Twins manager Ron Gardenhire said he wasn't surprised by Mijares not receiving a suspension since he was not thrown out of the game. It was Mijares' pitch behind Everett that caused home-plate umpire Angel Hernandez to issue warnings to both sides.
"I didn't think they would," Gardenhire said of a suspension.
The Tigers were hit much harder by the penalties handed down, as two Tigers were suspended and four were fined.
Detroit reliever Jeremy Bonderman, who drilled Delmon Young with a fastball in the ninth inning and was immediately ejected, was suspended for three games and fined $1,500. He is appealing the suspension. Tigers hitting coach Lloyd McClendon, who was serving as manager when Bonderman threw the pitch, was suspended for one game and fined $1,000. He's serving the suspension on Friday.
Tigers manager Jim Leyland, who was ejected in the eighth inning for arguing with Hernandez after Mijares' pitch went behind Everett, was fined $500. So was catcher Gerald Laird, who was ejected for arguing with Hernandez after Bonderman was thrown out.
"I'll leave it at saying -- and I mean this -- this was nothing more than a great series with, for some unknown reason, a foolish pitch by one of the Minnesota Twins pitchers," Leyland said Friday. "That's all it was. There was no problem the entire series. There never has been with the Twins. By their own admission, their pitcher made a mistake, and I'm just sad to see the Tigers pay so much more for the mistake than the guy that created the mistake."
Mijares seemed to be paying his own price in the Twins' clubhouse, as many of his teammates expressed anger at his actions following Thursday's 8-3 win that saved Minnesota from elimination in the American League Central race.
The reliever said it was a long plane ride back from Detroit on Thursday night after his pitch led to Bonderman throwing at Young.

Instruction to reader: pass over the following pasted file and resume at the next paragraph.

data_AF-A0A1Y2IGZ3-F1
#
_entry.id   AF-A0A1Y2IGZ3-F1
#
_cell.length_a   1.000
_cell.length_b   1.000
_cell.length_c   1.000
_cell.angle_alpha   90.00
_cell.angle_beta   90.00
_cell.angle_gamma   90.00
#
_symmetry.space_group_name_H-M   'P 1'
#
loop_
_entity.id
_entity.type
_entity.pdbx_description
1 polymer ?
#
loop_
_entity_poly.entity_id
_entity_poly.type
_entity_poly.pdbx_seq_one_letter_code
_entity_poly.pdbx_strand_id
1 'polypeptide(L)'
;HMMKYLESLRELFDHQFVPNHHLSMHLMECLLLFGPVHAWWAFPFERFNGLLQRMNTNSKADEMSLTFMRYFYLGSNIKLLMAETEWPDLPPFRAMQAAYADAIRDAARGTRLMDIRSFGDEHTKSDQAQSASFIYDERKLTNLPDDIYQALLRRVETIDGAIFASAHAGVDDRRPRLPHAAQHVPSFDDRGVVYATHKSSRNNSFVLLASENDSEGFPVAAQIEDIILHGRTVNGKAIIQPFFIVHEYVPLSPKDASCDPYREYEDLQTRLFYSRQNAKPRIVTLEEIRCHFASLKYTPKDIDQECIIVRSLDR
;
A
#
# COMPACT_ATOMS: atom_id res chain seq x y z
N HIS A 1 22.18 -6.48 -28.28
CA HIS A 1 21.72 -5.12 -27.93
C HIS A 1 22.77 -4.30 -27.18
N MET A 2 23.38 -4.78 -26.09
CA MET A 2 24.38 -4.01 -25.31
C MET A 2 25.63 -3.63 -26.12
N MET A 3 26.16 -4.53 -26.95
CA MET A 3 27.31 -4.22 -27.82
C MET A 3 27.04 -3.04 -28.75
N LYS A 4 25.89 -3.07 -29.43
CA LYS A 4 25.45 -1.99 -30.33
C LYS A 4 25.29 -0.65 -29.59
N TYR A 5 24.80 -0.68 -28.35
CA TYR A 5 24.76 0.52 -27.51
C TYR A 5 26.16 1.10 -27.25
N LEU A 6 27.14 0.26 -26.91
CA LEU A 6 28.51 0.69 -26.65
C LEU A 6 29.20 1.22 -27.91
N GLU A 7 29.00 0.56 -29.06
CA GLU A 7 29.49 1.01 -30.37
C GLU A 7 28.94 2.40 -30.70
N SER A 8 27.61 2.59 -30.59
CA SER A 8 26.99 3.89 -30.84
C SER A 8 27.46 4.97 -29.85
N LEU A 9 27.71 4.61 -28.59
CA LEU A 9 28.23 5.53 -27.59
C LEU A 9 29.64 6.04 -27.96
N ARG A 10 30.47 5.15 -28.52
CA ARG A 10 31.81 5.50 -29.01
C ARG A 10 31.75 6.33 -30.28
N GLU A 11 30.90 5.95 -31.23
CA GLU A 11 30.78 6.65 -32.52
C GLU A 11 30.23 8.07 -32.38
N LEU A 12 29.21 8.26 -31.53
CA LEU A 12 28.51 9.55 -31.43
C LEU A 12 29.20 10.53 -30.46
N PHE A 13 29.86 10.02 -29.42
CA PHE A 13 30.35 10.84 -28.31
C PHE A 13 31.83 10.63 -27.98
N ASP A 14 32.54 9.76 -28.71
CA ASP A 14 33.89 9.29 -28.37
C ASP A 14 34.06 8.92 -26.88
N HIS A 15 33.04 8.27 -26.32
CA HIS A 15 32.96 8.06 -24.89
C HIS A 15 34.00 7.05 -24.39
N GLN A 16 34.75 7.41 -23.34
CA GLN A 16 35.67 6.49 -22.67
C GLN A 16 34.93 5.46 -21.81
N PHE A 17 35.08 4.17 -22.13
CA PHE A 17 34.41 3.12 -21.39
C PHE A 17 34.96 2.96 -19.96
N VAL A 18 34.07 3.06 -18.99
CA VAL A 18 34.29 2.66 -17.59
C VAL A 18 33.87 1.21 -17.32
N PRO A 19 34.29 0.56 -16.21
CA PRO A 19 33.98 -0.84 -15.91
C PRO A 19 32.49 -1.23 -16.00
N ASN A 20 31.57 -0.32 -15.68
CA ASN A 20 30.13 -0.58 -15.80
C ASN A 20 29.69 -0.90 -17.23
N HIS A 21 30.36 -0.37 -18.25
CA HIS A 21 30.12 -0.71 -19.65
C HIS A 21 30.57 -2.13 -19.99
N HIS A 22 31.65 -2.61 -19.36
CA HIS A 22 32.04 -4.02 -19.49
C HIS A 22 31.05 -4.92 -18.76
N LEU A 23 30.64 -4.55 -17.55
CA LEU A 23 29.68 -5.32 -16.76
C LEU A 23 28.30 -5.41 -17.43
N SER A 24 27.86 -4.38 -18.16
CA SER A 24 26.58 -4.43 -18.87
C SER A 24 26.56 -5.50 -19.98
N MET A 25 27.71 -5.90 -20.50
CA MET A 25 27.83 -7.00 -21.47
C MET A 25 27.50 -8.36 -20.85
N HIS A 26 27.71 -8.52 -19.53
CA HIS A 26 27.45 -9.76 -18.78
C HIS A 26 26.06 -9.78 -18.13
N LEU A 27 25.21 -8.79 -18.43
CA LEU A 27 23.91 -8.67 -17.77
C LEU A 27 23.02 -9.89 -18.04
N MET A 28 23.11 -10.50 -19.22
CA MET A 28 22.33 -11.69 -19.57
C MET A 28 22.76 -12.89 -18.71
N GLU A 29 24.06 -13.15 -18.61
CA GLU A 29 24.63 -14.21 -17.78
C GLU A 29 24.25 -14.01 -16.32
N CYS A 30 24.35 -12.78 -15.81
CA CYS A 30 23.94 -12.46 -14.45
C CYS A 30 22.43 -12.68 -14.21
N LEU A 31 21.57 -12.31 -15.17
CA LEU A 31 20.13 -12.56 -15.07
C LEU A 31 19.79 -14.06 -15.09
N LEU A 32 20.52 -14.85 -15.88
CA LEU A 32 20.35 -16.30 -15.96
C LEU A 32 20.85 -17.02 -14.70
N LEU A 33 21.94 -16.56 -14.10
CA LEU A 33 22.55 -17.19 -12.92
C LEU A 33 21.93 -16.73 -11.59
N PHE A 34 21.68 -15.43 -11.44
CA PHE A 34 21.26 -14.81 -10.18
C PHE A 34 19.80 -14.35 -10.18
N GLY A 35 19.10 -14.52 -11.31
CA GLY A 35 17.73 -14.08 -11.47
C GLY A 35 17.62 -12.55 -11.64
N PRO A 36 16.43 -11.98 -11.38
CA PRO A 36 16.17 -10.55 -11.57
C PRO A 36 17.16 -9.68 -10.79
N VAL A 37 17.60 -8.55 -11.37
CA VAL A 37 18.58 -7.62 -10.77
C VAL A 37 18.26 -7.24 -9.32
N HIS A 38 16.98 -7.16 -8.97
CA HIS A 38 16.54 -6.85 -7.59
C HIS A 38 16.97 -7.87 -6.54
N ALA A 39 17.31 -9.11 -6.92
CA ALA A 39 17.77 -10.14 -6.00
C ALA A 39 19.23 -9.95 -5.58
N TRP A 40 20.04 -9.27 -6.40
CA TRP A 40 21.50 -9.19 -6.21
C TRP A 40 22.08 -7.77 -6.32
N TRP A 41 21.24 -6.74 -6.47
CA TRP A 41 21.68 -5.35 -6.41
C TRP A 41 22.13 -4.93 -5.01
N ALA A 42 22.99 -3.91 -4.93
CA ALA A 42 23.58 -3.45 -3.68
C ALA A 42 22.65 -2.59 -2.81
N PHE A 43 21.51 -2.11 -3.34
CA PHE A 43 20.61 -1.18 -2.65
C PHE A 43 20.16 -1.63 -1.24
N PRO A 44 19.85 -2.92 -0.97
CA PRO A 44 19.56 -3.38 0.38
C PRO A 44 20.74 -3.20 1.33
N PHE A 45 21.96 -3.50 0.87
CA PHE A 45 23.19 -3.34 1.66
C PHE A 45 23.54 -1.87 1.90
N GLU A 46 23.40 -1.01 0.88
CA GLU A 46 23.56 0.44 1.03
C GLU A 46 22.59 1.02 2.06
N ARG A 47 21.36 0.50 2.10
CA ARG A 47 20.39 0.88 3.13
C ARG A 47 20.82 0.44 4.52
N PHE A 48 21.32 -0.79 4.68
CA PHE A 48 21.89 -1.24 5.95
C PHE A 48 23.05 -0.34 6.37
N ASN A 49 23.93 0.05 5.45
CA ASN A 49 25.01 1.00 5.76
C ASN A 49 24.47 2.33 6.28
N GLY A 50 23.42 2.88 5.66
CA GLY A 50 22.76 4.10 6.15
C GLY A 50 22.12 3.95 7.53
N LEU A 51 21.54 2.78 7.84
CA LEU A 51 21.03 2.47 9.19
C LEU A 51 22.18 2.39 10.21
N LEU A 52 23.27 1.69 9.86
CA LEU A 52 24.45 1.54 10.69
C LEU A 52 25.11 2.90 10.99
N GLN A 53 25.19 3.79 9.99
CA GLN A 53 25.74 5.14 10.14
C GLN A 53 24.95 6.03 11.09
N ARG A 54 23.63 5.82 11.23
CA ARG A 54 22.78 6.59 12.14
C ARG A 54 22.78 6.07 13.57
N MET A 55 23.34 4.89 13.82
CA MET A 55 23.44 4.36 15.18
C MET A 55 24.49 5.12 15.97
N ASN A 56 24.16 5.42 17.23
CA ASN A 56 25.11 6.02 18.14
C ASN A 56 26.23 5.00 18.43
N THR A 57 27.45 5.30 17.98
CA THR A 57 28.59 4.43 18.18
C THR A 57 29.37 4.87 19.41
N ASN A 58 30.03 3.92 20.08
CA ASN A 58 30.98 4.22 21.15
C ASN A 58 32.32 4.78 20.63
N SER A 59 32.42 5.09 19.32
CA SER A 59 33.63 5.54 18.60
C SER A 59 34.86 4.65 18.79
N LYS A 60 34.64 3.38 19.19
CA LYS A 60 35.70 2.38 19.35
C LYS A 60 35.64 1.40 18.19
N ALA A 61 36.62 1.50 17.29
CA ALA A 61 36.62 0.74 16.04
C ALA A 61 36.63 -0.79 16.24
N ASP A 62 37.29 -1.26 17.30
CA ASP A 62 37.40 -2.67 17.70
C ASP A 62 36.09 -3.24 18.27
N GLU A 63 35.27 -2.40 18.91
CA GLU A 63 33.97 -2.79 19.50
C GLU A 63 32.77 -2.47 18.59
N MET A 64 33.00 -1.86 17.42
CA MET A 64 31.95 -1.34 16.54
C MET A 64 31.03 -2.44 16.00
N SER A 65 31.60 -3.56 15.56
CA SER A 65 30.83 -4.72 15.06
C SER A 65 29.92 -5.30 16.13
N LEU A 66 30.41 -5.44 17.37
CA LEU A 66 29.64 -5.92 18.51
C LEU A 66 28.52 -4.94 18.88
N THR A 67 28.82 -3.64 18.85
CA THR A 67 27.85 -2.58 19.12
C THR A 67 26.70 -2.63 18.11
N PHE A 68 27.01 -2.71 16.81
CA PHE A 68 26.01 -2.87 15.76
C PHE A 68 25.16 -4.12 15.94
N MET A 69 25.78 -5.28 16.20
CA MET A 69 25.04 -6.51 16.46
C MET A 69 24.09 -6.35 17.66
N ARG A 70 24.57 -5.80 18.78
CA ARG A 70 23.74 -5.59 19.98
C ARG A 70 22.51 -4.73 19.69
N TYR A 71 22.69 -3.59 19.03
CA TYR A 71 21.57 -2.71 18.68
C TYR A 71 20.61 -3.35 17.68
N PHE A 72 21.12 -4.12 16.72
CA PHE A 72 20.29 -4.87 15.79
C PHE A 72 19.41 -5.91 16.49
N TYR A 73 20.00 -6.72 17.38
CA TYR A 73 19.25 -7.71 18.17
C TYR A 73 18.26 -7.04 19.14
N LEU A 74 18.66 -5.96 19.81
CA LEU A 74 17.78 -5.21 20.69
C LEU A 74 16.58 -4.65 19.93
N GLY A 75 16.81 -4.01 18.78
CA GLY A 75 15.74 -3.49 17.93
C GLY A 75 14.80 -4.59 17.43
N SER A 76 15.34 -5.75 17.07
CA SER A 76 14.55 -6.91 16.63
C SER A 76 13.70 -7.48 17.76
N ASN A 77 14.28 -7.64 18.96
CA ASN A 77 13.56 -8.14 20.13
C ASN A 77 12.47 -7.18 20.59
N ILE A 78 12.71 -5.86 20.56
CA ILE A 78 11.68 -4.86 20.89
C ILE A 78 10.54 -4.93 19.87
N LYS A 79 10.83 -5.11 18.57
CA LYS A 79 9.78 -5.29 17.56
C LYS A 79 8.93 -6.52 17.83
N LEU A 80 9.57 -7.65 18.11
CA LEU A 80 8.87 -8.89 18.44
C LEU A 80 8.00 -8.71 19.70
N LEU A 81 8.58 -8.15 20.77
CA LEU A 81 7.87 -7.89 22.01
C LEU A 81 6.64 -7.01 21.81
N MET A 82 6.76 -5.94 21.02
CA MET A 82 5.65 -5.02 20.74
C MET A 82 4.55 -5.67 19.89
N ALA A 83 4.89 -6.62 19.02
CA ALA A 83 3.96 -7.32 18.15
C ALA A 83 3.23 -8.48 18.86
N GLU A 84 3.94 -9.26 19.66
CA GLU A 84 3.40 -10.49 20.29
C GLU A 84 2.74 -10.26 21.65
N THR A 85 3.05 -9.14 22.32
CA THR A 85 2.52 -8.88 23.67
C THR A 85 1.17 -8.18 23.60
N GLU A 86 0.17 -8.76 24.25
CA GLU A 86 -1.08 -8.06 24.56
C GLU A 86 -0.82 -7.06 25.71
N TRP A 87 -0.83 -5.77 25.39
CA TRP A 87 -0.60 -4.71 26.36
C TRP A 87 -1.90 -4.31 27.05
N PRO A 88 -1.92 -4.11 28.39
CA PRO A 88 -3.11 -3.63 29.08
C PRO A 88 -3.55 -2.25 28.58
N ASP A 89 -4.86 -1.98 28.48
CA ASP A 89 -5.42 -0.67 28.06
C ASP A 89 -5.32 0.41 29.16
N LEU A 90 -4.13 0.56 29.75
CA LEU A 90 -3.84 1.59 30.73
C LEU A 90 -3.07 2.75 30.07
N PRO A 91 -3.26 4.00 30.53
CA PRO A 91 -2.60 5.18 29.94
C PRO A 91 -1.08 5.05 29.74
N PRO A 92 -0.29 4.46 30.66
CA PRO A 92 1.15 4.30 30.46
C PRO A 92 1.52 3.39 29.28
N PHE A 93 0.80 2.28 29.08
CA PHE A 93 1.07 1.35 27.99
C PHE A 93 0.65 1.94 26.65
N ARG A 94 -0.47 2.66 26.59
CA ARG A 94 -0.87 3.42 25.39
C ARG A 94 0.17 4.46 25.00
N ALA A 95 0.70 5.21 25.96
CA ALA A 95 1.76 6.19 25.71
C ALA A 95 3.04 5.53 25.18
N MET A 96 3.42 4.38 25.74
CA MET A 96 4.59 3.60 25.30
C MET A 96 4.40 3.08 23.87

Young showed his anger on the field, pointing to the dugout where Mijares was sitting after getting struck in the back of his right knee and writhing around in pain on the ground for a few moments. After the game, Young said that Mijares hadn't apologized but that he should.
Mijares was unsure whether things had blown over with Young and hadn't spoken to the outfielder prior to Friday's game.
"I don't know," Mijares said. "I didn't talk to him. Maybe [after batting practice] I'll talk to him."
Asked what caused him to throw behind Everett's back, Mijares said that he was trying to protect teammate Orlando Cabrera. In the fourth inning, Marcus Thames had slid hard into second base.
"He killed him, Orlando," Mijares said.
But while Mijares thought he was doing the right thing at the time, he quickly learned that his teammates didn't think the same. Cabrera was as upset as anyone about Mijares' actions and let the pitcher know it.
The incident was still a topic of conversation one day after it happened, but one person who wanted to move on from the entire situation was Gardenhire.
"I don't want to go through this stuff anymore," Gardenhire said. "Let's talk baseball. Three big games here we need to win. I don't want to talk about that crap anymore. It's worthless."